MASA TOTM – November 2013 – Seabass


 

It’s an honour to have my tank featured this month, I started this hobby in June 2009 and thinking back on the tanks featured before mine makes me scratch my head and think why my tank.

Anyhow I was like many of you, started fresh water tanks at school and then stopped and started with marines.
I should really blame my LFS who always has a very nice marine section, whenever I went in for anything before starting marines I would have a look into the marine display section, the colours of the fish was what kept playing on my mind.  Together with a short stay in hospital for a chronic condition I have I decided “you only live once” and that when I bought my first tank, a Boyu 450.  That lasted for about 18 months and it was then that I saw and advertisement on MASA for my current tank, only problem it was in Jhb, solution, had a friend conclude the deal, store it for me for a few months until December holidays came around and off I went and collected it.

DESCRIPTION AND SHORT HISTORY OF THE TANK

The tank is most certainly a full blown mixed reef with emphasis being on the corals, preference been given to Ricordea Florida as my favourite coral.

The tank is a standard four foot, 1200l x 600w x 600h, about 400 litres with coast to coast overflow for surface skimming. Sump is a bit smaller 1050l x 450w x 450h, about 140 litres.

The sump has a chamber for RO water, holding about 25 litres; a future tank would have at least double that volume of RO water capacity. I can’t imagine a tank without a RO chamber to keep salinity stable.

The tank is made of 10mm glass and braced extensively; the sump is 6mm glass, a bit thin for my liking considering the size of the skimmer that needs to be moved in and out when cleaning the sump.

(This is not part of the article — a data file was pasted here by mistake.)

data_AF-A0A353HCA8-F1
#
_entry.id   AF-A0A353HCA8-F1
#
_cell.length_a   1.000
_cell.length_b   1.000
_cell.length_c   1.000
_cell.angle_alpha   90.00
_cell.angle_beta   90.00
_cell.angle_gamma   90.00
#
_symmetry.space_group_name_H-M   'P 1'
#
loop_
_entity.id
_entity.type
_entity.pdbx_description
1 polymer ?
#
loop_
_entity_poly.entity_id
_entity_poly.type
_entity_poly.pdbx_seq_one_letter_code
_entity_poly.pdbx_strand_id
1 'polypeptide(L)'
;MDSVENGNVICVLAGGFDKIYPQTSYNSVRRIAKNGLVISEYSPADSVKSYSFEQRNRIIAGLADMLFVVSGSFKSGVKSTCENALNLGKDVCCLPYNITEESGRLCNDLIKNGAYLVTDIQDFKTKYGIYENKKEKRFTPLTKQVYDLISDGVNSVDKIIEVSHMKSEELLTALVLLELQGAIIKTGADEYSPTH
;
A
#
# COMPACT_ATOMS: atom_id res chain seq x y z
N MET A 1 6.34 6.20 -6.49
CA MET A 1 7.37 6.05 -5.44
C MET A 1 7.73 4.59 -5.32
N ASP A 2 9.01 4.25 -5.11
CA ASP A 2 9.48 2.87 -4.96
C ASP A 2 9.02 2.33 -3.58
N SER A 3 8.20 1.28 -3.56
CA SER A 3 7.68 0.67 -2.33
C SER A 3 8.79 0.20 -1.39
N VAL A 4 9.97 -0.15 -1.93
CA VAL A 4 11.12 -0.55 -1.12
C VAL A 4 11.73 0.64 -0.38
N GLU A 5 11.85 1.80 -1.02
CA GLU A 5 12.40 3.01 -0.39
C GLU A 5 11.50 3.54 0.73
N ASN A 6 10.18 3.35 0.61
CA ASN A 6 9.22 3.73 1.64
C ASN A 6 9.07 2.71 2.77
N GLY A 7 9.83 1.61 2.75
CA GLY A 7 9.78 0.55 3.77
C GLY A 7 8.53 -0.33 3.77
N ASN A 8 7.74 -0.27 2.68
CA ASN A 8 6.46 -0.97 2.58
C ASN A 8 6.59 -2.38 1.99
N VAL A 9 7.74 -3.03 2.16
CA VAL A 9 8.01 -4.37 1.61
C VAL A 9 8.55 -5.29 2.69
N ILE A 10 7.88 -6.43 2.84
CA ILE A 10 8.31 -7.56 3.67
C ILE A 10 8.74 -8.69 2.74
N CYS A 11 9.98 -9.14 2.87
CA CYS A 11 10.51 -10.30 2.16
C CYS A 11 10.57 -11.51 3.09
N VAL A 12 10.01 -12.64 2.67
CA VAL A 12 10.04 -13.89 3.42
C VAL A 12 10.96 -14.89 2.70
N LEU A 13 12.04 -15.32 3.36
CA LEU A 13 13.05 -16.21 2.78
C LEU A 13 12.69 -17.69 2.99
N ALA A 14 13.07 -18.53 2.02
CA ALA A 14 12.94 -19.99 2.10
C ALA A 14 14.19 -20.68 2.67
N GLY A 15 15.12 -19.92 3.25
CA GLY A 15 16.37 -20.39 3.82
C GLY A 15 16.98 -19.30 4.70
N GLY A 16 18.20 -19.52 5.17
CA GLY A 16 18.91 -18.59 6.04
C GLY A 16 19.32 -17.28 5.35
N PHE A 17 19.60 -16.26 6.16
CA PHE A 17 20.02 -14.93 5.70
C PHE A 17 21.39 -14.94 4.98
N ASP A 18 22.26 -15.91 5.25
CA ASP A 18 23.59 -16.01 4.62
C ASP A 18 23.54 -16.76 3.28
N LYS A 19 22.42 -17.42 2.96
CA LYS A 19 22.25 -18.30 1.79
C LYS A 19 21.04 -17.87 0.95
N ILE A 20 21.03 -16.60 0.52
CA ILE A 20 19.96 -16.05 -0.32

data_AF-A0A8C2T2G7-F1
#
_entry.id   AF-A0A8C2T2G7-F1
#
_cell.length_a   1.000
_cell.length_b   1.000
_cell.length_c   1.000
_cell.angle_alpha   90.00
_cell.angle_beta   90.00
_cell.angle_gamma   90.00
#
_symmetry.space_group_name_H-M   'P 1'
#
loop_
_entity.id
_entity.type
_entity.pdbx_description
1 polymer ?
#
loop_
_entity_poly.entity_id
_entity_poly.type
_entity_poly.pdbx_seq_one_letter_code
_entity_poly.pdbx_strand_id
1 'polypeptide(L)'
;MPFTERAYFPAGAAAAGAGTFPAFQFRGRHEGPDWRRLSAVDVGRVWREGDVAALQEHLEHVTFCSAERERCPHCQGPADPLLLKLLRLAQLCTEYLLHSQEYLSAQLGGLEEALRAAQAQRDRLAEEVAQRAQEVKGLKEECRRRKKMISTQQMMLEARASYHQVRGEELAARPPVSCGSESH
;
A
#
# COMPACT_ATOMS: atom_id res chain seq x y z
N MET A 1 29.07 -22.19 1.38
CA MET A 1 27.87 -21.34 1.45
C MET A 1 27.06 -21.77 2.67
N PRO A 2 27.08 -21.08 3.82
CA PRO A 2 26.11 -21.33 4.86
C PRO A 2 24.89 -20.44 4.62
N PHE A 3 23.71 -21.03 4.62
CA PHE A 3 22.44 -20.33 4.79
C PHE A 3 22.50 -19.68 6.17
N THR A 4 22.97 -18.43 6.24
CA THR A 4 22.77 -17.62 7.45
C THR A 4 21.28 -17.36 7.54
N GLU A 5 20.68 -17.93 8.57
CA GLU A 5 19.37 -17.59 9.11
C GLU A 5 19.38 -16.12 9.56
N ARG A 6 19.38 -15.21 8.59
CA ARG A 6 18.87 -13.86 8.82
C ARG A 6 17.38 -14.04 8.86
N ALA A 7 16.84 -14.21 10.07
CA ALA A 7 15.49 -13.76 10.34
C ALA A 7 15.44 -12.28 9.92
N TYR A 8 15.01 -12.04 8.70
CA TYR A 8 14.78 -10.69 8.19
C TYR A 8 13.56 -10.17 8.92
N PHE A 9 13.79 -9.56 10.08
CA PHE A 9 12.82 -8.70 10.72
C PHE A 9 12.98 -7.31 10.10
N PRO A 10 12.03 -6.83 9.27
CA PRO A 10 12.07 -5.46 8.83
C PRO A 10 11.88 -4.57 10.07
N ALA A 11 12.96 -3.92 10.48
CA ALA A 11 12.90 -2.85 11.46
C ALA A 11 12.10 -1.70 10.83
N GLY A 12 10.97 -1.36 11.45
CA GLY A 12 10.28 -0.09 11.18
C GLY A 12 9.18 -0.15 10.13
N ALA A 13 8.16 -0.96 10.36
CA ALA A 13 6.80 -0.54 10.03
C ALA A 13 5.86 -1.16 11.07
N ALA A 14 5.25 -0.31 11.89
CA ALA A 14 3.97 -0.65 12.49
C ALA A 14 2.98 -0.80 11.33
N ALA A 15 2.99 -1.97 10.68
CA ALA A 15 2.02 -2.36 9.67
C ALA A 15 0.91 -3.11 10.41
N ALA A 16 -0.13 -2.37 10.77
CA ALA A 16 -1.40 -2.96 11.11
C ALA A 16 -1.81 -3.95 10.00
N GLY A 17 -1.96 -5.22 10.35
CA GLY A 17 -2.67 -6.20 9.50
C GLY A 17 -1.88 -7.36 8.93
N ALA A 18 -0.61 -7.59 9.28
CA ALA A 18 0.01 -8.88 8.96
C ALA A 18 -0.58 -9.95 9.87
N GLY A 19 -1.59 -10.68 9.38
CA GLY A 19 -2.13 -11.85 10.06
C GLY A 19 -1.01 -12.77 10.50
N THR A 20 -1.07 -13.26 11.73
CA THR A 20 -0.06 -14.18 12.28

The tank is clad in black finished wood cabinet that was built by the same carpenter that did the houses cabinets, its simply beautiful, both side panels can be removed if required when maintenance is performed.

I have run a DSB in the beginning; it had to be removed once I bought the new Reef Octopus 5000 internal skimmer.

FILTRATION METHODS

The main form of filtration is performed by the Reef Octopus 5000 internal skimmer, it’s a bit of overkill but I am happy with my choice when it comes to skimmers. In future more focus would be put on mechanical filtration in order to minimise the amount of detritus that settles in the sump, it’s just not possible with the current setup, so with a bit of planning the next sump would have capacity for simple effective mechanical filtration.

I use Red Sea NoPox daily, 10ml when all is in check but when things start going south I increase this dose to 15 – 20 ml a day, monitor every 2 weeks and adjust the dose as required. PO4 and NO3 have always been a concern, at one point PO4 was down to 0.04 ppm and NO3 was around 1 ppm.

In addition Rowa Phos is run passively in a bag in order to drive PO4 down when required. Carbon is run passively in a bag 24/7 365, just in passing this is soaked in boiling water over night before being added to the tank.

Biological filtration, about 40kg of live rock in the main tank, the display tank has a sand bed of mix of Caribsea Araginie and Aragilive, from time to time the level of sand is topped up.

CIRCULATION / WATERFLOW

The return pump is an Eheim 3000+, since adding a chiller the flow through the sump has decreased, so there is a need to look at something a bit stronger or just clean the return pump properly.

Two Tunze 6105’s controlled be a 7092 sorts out the DT flow requirements; these pumps are very powerful and too powerful for my tank. The pumps are set to pulse mode for 4 seconds, the pumps strength of flow is changed from time to time, currently +/- 50 / 30 with 7 day storm cycle active and 15 minute for feed mode.

LIGHTING

Currently run Reef Inmate 6 bay 54 watt T5 unit, have had it from day one and bought it from a fellow reefer, they are very good units. Up until a couple months ago I used Giesemann T5’s, subsequently I have changed to ATI due to recommendations from fellow reefers.

54 watt ATI T5’s

  • Blue plus (x 2)
  • Purple Plus
  • Aquablue Special
  • Actinic
  • Coral Plus

In addition a Tunze Led unit is used to simulate a sunrise / sunset effect.

  • Led come on at 12H00 and goes off at 13H30
  • T5’s come at 13H00 and go off at 21H00
  • Led come on at 20H30 and go off at 22H00

The T5’s are changed every 12 to 18 months with a 10 hour photo period.

Growth rates have not been great, but the corals have grown and can only be seen when one compares a picture from a year ago with a current picture of a coral.